The Supreme Court is set to hear a major abortion case that will give the justices an opportunity to reconsider the precedent set by the landmark Roe v. Wade and Planned Parenthood v. Casey decisions.
The Court on Monday announced in an order that it would take the case involving a Mississippi law passed in 2018 that bans abortions after 15 weeks with limited exceptions.
The law was blocked by the 5th U.S. Circuit Court of Appeals as under existing precedent, states may not ban abortions before fetal viability, which is typically around 22 weeks or later.
The case, Dobbs v. Jackson Women’s Health Organization, asks whether all pre-viability restrictions on abortion are unconstitutional.
Mississippi is asking the justices to review the viability standard, arguing that the rule prevents states from defending maternal health and its interest in protecting life.
“It is well past time for the Court to revisit the wisdom of the viability bright-line rule,” Mississippi attorney general Lynn Fitch wrote in a brief filed with the justices.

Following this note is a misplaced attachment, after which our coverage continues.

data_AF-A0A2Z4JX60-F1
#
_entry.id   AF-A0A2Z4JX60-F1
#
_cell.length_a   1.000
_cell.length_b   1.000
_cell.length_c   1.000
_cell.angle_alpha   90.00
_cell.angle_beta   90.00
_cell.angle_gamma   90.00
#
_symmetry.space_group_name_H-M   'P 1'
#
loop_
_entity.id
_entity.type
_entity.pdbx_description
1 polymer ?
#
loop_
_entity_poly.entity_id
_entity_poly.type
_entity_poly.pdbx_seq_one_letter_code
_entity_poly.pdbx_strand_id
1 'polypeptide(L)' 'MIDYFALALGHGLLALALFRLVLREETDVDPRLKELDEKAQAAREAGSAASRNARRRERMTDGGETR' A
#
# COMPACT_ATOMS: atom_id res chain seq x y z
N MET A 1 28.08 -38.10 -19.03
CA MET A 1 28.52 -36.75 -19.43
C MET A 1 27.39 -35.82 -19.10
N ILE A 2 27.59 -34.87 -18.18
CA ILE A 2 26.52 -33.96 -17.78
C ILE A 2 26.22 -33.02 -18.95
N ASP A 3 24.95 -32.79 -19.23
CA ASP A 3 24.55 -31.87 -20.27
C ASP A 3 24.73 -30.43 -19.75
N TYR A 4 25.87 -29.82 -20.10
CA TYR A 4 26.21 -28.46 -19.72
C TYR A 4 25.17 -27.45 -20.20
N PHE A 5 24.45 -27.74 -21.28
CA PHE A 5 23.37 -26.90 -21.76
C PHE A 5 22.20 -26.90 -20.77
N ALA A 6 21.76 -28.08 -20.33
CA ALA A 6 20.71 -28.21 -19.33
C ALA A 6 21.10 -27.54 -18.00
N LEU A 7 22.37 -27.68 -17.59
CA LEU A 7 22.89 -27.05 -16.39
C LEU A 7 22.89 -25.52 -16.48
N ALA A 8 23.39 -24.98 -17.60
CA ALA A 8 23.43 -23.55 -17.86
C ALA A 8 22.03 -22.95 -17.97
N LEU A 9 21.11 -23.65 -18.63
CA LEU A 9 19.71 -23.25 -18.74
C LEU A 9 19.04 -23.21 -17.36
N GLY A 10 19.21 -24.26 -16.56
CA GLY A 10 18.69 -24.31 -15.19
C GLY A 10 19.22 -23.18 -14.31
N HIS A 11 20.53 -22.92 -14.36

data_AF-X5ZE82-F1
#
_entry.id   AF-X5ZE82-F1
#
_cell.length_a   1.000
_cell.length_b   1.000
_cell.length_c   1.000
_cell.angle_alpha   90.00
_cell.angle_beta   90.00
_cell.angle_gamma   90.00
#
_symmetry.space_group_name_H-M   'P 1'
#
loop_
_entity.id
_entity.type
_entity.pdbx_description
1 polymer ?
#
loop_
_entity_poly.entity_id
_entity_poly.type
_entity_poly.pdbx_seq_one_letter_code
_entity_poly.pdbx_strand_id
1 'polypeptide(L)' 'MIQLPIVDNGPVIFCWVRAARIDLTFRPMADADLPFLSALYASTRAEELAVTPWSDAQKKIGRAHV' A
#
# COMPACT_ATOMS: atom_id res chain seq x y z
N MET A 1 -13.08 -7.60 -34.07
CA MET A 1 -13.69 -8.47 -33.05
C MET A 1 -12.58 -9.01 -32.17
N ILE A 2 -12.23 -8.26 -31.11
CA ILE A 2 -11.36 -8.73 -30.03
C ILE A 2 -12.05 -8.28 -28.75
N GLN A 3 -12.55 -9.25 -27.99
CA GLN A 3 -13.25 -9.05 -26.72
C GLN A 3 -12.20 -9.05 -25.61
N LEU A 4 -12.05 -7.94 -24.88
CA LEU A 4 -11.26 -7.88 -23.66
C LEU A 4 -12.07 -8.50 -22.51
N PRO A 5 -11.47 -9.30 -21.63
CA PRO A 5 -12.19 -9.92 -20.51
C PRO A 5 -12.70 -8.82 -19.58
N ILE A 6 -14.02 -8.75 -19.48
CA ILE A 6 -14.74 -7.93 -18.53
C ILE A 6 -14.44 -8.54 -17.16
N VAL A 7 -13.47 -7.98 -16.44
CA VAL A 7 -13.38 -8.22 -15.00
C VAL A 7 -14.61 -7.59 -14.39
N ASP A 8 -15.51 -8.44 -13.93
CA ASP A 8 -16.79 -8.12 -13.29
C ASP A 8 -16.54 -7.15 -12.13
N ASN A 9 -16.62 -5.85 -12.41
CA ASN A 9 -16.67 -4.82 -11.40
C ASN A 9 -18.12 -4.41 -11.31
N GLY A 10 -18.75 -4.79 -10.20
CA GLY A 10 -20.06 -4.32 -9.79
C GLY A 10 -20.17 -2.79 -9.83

Jackson Women’s Health Organization, an abortion clinic in Mississippi, asked the court not to take the case.
“In an unbroken line of decisions over the last fifty years, this Court has held that the Constitution guarantees each person the right to decide whether to continue a pre-viability pregnancy,” Hillary Schneller, an attorney for the clinic, wrote in a filing.
Schneller claimed that the state’s argument was “based on a misunderstanding of the core principle of” earlier Supreme Court decisions.
“While the State has interests throughout pregnancy, ‘[b]efore viability, the State’s interests are not strong enough to support a prohibition of abortion,'” she wrote.
It will be the first abortion case to be argued before the Supreme Court since Justice Amy Coney Barrett was confirmed, creating a 6-3 conservative majority on the court.
In a statement on Monday, March for Life president Jeanne Mancini noted that the U.S. is one of only seven countries, including China and North Korea, that allows abortions through all nine months of pregnancy.
“An overwhelming majority of Americans agree that this goes way too far, in fact 70 percent think abortion should be limited to — at most — the first three months of pregnancy,” she said. “States should be allowed to craft laws that are in line with both public opinion on this issue as well as basic human compassion, instead of the extreme policy that Roe imposed.”
The court will hear the case in its term beginning in October. It is likely to reach a decision by June of 2022.